UK house prices rise £17,000 in 12 months
Despite a slowdown and buyer affordability issues, average house prices rose 6.3% in the 12 months to January this year to reach £290,000 across the UK.
The average house price rose £17,000 to hit £310,000 in England, £217,000 in Wales, £185,000 in Scotland and £175,000 in Northern Ireland, according to the January Office for National Statistics (ONS) house price Index.
Price inflation in Scotland plummeted to 1% at the start of the year, down from almost 14% in April 2022.
The ONS explained that price volatility from 2021 to 2022, following the changes to stamp duty, disrupted pricing and resulted in the eventual slowdown in house price growth from 14.1% at its peak in July 2022 to 6.3% at the start of this year.
Official figures also confirm the worsening affordability position for full-time workers buying a home in England, having to stretch to find over eight times income or just over six in Wales last year.
The figures showed there is a patchwork of affordability issues, however, with ability to meet prices actually improving in 71% of local authorities, where inflation has stalled, worsening in 89% and staying the same in 2%, since 2021.
In 2022, full-time employees in England could expect to spend around 8.3 times their annual earnings buying a home. The equivalent figure in Wales is 6.2 times annual earnings. Over the last 25 years, housing affordability has worsened in every local authority, especially in London or the surrounding areas.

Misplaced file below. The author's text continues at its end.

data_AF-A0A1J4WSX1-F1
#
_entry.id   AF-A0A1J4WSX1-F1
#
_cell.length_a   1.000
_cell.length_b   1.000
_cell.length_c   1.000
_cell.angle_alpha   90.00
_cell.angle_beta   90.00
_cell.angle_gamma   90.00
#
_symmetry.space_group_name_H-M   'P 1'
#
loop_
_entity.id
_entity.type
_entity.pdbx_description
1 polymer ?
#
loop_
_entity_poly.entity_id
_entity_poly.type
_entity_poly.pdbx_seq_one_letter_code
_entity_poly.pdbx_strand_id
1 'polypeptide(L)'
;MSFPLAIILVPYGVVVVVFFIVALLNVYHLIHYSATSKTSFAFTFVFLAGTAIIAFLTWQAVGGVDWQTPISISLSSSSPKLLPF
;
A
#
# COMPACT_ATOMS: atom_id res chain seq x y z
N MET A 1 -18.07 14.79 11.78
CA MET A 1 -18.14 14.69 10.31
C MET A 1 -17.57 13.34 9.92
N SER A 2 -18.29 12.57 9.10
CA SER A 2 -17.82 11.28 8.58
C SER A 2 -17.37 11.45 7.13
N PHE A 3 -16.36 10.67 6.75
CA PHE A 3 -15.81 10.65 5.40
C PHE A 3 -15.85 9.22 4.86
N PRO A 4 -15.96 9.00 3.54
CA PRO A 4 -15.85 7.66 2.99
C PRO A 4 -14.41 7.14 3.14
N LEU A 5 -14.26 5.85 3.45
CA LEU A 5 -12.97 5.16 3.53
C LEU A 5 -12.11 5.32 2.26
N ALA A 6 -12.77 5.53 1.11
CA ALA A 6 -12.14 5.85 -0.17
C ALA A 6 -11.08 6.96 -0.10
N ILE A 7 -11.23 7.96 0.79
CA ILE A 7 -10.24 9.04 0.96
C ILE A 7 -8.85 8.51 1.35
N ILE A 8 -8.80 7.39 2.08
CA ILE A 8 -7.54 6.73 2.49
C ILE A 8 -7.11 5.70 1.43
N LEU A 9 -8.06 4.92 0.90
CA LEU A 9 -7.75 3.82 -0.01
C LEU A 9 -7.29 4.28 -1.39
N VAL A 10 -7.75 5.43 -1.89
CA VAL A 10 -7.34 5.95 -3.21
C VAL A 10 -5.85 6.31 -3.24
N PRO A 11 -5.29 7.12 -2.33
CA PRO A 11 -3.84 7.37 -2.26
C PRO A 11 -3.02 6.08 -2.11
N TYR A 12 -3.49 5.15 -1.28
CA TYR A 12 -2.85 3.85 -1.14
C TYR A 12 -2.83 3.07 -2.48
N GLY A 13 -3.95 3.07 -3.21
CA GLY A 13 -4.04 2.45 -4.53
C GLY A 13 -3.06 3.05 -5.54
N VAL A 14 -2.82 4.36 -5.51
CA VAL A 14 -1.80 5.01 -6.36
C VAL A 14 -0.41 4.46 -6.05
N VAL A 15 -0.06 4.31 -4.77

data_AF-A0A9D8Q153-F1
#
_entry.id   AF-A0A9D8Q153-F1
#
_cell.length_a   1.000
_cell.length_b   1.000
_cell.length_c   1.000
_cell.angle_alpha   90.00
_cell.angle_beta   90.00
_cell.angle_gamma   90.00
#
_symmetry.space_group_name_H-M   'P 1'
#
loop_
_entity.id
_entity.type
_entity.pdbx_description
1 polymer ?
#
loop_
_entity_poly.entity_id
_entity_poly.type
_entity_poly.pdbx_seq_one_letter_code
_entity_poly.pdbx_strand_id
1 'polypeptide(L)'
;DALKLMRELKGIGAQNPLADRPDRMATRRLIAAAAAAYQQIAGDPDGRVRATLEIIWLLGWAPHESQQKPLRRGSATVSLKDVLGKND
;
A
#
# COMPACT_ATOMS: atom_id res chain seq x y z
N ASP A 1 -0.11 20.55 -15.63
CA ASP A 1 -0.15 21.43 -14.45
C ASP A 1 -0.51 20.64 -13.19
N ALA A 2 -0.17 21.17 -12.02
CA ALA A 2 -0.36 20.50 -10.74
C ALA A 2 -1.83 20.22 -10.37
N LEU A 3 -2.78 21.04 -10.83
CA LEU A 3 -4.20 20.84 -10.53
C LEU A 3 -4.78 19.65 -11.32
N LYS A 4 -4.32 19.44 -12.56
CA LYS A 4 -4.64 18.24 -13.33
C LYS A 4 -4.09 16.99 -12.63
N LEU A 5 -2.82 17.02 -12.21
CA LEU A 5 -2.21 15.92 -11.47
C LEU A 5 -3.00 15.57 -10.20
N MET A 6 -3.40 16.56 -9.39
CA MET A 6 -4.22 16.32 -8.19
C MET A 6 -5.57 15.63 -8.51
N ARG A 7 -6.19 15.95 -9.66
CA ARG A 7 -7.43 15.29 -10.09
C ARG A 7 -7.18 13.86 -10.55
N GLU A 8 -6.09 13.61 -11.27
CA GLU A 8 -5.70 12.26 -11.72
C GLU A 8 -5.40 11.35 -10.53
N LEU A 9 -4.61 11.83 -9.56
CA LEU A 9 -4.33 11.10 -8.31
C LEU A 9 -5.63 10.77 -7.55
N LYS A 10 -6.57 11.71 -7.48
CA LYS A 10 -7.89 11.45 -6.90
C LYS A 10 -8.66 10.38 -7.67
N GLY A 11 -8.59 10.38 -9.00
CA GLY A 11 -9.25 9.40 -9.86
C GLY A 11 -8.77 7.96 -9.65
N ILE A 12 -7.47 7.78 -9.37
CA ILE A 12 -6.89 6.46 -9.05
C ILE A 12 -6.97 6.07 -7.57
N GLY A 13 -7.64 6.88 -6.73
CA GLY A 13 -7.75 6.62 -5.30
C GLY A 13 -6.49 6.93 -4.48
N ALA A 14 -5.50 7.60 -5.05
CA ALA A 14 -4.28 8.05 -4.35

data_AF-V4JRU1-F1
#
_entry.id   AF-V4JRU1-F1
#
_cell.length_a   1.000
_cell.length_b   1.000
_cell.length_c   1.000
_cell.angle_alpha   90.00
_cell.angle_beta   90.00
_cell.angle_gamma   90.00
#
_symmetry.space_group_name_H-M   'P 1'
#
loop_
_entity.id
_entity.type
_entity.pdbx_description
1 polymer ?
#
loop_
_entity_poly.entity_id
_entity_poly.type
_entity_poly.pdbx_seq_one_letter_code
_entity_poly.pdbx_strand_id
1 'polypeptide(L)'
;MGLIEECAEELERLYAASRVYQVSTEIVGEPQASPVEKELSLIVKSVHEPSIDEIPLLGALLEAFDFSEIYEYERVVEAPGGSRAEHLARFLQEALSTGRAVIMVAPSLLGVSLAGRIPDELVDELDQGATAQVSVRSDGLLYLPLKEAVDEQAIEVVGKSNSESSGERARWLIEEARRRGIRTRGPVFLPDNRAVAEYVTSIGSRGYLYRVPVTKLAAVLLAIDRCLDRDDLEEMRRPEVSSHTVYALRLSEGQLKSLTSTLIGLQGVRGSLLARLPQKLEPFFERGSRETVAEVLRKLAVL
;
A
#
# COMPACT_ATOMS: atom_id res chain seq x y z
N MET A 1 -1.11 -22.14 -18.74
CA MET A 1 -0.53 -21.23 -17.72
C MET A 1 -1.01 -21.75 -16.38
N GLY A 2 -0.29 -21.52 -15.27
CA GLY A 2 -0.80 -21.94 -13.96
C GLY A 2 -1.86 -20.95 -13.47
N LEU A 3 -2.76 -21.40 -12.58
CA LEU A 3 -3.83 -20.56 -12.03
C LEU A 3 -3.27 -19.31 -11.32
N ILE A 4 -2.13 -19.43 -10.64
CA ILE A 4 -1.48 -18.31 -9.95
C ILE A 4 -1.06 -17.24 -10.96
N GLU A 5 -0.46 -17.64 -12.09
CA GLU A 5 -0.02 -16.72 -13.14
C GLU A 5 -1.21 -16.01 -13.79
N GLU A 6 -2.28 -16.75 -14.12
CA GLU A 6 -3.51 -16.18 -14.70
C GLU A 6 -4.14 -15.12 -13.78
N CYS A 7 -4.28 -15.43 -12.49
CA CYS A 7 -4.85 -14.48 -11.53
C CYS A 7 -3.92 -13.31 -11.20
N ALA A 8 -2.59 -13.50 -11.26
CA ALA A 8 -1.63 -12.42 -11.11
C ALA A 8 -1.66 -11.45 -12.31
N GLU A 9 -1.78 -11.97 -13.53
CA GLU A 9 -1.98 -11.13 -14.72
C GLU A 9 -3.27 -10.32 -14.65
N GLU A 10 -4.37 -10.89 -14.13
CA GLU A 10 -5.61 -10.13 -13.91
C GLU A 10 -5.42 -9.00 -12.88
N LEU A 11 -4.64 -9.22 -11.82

First-time buyer hopes
Conor Murphy, CEO and founder, Smartr365 and Capricorn Financial Consultancy, said: “Aspiring buyers will be pleased to see some of the heat coming out of the property market. UK homes have always been hot property for both domestic and international buyers, but even more so in the last three years due to the generous stamp duty tax break.”
He added: “Many expect the market to continue to cool off throughout the year, with estimates typically ranging between corrections of 8% from Halifax or 5% from Nationwide.
Tom Bill, head of UK residential research at Knight Frank, said: “January’s drop in annual house price growth tells us a lot about the detrimental impact of the mini Budget but very little about how the UK property market will perform this year. After effectively switching off for the final quarter of 2022, demand and supply have been solid this year and sales volumes will eventually catch up against an economic backdrop that is proving stronger than expected.”
Alan Davison, personal finance distribution director at Together, said: “With the OBR optimistically predicting inflation will fall to 2.9% by the end of 2023, we should see recent volatility across the mortgage market start to settle.
He added: “What’s more, those needing to remortgage this year may also see benefit in exploring new opportunities now, given the overall two- and five-year fixed average rates have now dropped to their lowest levels in the last six months.”